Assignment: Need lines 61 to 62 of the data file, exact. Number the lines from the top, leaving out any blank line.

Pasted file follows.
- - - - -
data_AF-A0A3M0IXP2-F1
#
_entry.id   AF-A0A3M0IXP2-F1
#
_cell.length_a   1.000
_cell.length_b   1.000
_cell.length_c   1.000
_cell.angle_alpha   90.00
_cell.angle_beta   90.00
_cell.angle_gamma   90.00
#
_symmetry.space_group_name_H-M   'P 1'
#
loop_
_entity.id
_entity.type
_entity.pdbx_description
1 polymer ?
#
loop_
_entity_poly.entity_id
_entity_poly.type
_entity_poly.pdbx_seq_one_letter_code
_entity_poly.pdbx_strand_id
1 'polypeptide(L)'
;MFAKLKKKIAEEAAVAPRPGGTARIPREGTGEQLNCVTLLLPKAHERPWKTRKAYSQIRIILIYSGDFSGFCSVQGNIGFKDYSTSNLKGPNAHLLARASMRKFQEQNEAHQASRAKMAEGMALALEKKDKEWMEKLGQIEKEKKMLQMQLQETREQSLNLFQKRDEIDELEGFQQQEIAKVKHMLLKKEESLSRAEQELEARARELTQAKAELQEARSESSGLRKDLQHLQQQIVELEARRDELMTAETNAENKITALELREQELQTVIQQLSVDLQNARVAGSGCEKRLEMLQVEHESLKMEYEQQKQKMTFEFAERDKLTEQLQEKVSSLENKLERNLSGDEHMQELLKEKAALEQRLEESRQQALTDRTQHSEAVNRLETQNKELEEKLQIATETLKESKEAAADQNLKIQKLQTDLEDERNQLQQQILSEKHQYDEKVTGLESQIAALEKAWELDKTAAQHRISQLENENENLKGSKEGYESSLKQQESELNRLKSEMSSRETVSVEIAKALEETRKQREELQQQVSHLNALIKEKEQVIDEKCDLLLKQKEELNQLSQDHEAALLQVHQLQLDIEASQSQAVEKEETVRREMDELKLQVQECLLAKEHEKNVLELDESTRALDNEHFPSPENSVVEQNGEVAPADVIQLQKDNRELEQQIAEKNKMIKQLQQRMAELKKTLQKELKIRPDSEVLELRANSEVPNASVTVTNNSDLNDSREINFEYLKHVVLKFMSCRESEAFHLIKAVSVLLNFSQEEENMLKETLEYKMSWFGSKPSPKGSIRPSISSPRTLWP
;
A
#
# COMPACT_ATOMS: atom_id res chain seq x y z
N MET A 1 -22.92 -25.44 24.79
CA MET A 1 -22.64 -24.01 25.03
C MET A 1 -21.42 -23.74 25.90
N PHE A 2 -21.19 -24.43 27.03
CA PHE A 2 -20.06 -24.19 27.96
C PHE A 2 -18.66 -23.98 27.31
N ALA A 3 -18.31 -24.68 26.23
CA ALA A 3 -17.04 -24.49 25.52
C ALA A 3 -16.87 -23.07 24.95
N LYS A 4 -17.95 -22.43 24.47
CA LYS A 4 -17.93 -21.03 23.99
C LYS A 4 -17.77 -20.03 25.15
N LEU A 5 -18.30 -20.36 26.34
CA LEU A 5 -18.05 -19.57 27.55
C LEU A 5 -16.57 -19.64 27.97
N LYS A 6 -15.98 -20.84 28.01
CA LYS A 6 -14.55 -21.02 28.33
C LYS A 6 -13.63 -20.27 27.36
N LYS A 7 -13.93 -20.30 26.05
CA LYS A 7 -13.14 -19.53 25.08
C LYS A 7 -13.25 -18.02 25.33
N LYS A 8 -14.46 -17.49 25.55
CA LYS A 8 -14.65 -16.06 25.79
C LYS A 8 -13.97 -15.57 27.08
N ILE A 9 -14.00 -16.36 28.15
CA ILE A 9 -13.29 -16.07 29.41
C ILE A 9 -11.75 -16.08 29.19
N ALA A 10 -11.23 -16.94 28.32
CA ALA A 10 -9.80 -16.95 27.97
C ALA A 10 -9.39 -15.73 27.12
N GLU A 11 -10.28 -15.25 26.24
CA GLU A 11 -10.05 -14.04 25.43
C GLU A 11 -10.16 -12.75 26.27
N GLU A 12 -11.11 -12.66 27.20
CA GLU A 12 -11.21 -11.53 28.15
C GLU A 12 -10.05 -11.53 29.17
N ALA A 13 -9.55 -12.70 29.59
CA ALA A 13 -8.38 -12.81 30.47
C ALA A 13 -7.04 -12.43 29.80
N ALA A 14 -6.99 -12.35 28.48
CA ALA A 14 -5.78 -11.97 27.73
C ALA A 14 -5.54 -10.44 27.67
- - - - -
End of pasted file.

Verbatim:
N GLU A 11 -10.28 -15.25 26.24
CA GLU A 11 -10.05 -14.04 25.43